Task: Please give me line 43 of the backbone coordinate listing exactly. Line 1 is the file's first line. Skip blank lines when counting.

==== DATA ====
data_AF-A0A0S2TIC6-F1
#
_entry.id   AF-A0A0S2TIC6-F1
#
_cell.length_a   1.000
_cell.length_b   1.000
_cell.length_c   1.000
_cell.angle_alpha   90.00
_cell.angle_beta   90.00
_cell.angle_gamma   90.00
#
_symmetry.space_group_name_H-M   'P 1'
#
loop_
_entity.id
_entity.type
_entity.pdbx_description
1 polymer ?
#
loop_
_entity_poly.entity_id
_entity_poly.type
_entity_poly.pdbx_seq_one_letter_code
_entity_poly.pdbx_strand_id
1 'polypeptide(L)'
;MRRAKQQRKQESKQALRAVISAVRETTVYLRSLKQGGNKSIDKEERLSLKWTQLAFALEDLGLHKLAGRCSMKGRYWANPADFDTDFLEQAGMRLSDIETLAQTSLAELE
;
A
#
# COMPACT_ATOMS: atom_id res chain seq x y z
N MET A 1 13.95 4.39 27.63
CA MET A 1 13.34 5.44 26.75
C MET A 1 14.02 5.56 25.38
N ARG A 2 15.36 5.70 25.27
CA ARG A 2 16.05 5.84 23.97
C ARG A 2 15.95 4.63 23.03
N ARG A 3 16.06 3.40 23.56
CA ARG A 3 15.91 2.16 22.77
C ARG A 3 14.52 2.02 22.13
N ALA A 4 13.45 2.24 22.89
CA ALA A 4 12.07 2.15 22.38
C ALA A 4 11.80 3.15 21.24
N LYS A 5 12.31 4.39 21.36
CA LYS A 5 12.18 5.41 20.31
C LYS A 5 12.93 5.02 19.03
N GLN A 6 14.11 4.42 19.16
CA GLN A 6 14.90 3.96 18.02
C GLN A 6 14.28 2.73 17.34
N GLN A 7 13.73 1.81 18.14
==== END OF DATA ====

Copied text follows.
N LYS A 5 12.31 4.39 21.36